make sure the neighborhoods you’re visiting are safe and well lit. If a house
is dark, don’t go up to it, and make sure you select a time and place to meet
if you aren’t walking around with your child. Your kids should carry a cell
phone and walk with a group. Remind them not to get in anybody’s car or go in
anybody’s house.

Whatever you choose to do, make sure you stay safe and have

Happy Halloween!

Share this
13 Oct


The topic of guardianship over a loved one with a disability can be emotional for some families. People with cognitive disabilities, and those who care about them, often have different ideas about whether guardianship is a good idea or not. Like most things, it depends on the situation. Below are some frequently asked questions about guardianship?

1. As a parent, am I automatically the guardian for my adult son or daughter with a disability?

No. At the age of 18, the law considers a person emancipated, regardless of the severity of the disability. Only a judge can appoint a guardian for a person over the age of 18.

2. How do I become my child’s guardian?

A parent must initiate a fairly simple court proceeding in order to be designated guardian. This can be done prior to the age of 18, or at any time after that. 

3. What does a guardian do?

A guardian makes all decisions about the care and treatment of the person under guardianship.

4. Who should serve as guardian?

A guardian is the person’s chief advocate, so he or she should have an interest in the person with a disability and be willing to take the time to learn about the person’s needs. Ideally, the person selected as a guardian should live close to the individual and know where to turn for professional help in making decisions. Most often, it is a parent or other family member who establishes guardianship. 

5. Are there alternatives to guardianship?

YES!!! If full guardian ship is not necessary, other options include Financial Power of Attorney or Medical Power of Attorney.

Most states will offer free legal council if you are wondering if guardianship is right for your loved one. This is an important decision to make as your child becomes an adult. 

Share this
12 Sep

National Direct Support Professional week

This week is National Direct Support Professional week. If you know a person who cares for people with disabilities, please take a moment to show your appreciation for the work they do.

“In life you can never be too kind or too fair; everyone you meet is carrying a heavy load. When you go through your day expressing kindness and courtesy to all you meet, you leave behind a feeling of warmth and good cheer, and you help alleviate the burdens everyone is struggling with.”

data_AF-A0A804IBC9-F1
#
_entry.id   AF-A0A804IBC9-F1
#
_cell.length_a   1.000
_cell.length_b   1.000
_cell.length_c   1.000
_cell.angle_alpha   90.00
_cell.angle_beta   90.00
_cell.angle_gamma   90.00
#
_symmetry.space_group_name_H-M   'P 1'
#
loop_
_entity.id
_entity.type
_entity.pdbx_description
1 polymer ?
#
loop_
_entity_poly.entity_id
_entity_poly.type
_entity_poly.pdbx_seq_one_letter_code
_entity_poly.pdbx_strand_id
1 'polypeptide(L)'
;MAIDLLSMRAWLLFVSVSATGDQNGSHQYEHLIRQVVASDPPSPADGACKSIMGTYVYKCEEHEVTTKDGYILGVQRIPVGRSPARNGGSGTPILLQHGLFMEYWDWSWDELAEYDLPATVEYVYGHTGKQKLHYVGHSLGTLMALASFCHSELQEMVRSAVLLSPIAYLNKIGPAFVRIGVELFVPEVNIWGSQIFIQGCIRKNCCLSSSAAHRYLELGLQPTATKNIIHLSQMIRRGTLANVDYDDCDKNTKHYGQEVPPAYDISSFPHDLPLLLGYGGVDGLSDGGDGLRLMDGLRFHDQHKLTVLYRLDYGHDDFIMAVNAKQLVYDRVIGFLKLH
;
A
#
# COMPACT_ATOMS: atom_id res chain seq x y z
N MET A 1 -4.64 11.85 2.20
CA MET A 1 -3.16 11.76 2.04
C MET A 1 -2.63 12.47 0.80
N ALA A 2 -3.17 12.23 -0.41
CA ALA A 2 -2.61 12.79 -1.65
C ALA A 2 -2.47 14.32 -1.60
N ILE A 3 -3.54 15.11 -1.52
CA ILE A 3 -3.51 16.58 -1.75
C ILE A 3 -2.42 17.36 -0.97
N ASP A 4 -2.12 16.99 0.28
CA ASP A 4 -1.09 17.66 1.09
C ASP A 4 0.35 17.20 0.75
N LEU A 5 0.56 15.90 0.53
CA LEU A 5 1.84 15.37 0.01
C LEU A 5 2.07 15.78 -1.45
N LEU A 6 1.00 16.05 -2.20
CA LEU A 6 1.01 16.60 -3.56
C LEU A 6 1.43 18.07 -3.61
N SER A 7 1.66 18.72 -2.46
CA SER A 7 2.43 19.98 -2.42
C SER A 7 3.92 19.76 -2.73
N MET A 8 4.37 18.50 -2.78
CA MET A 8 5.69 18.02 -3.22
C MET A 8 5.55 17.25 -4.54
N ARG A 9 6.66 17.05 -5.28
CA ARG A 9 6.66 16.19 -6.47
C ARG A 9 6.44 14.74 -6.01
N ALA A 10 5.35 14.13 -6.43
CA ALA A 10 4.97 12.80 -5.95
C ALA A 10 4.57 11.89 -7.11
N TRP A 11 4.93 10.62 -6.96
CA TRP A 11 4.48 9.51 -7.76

– Brian Tracy

Share this
03 Aug

A Special Diet for Children with Special Needs

Lets face it–controlling the symptoms and behaviors associated with many diagnoses can be quite puzzling. While medications can be very beneficial, they can also cause unwanted side effects. Furthermore, there is a lot of trial and error when a medical practitioner is prescribing a medication menu. So, what is a parent to do if a proper “med cocktail” cannot be found? What is a parent to do who wants to exhaust all possibilities before subjecting their child to psychotropic medications? My answer to you is to switch up your child’s diet.
Most people, when they hear the phrase “gluten-free diet,” automatically think of celiac disease. While it is necessary for people with celiac disease to eliminate gluten from his or her diet, it is also proven to be beneficial for people who have ADD/ADHD, autism, multiple sclerosis, cystic fibrosis, thyroid disease, and other autoimmune disorders. People with these diagnoses often have a sensitivity to gluten.
For those of you thinking that the proof is in the (gluten-free) pudding, let me recount for you a story of a child who I know. He has autism and had many of the stereotypical behaviors that accompany autism. As he grew older, he became physically aggressive. His physician came up with a med cocktail that, indeed, decreased his behaviors. However; these medications totally changed his personality and left him a bit lethargic much of the time. After discussing their displeasure with the change in their son, the parents were told by the doctor to try a gluten free diet. This child was able to be successfully weaned off of all but one medication. He is displaying far fewer behaviors, and his own personality has returned.
To be honest, I don’t know if every family who tries this has the same results, but there is certainly no harm in trying. Once upon a time, it was very difficult to eat a gluten-free diet. However; this type of diet is growing in popularity, and most grocery store chains sell gluten-free brands. Out of curiosity, I took a group home menu that was developed by a dietician. I was able to find gluten-free products item for item on the menu at my local grocery store. So, if your entire family doesn’t want to switch to a gluten-free diet, you can still serve the same menu to everybody in your family. It should be noted that households that switched completely to gluten-free diet to support the need of the child report over-all better health across the board.
In  no way do I mean to discount the benefits of pharmaceuticals. I have seen much success with the right med menu. This article is meant to provide an option to those families who have not had luck finding the right med menu, or who want to exhaust other options before going the route of medications. I advise families who want to consider this change to talk to your child’s doctor about the benefits of a gluten-free diet.
Bon Appétit!

Share this